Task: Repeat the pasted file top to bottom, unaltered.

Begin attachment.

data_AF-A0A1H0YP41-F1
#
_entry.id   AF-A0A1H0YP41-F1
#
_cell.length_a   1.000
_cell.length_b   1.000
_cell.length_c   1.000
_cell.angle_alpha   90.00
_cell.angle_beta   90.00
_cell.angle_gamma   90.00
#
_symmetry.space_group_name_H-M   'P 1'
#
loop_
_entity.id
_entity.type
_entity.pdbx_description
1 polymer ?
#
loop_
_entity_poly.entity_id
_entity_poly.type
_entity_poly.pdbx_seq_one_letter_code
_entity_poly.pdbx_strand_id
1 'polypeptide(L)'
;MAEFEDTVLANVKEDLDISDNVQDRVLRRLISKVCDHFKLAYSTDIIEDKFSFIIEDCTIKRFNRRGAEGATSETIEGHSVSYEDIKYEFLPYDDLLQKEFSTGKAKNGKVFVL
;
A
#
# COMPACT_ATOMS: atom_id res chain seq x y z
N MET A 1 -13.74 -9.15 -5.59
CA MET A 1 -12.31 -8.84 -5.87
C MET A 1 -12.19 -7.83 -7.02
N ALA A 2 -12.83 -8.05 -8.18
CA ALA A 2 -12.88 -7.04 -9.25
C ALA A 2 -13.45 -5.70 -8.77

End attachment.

data_AF-A0A1H0YP41-F1
#
_entry.id   AF-A0A1H0YP41-F1
#
_cell.length_a   1.000
_cell.length_b   1.000
_cell.length_c   1.000
_cell.angle_alpha   90.00
_cell.angle_beta   90.00
_cell.angle_gamma   90.00
#
_symmetry.space_group_name_H-M   'P 1'
#
loop_
_entity.id
_entity.type
_entity.pdbx_description
1 polymer ?
#
loop_
_entity_poly.entity_id
_entity_poly.type
_entity_poly.pdbx_seq_one_letter_code
_entity_poly.pdbx_strand_id
1 'polypeptide(L)'
;MAEFEDTVLANVKEDLDISDNVQDRVLRRLISKVCDHFKLAYSTDIIEDKFSFIIEDCTIKRFNRRGAEGATSETIEGHSVSYEDIKYEFLPYDDLLQKEFSTGKAKNGKVFVL
;
A
#
# COMPACT_ATOMS: atom_id res chain seq x y z
N MET A 1 -13.74 -9.15 -5.59
CA MET A 1 -12.31 -8.84 -5.87
C MET A 1 -12.19 -7.83 -7.02
N ALA A 2 -12.83 -8.05 -8.18
CA ALA A 2 -12.88 -7.04 -9.25
C ALA A 2 -13.45 -5.70 -8.77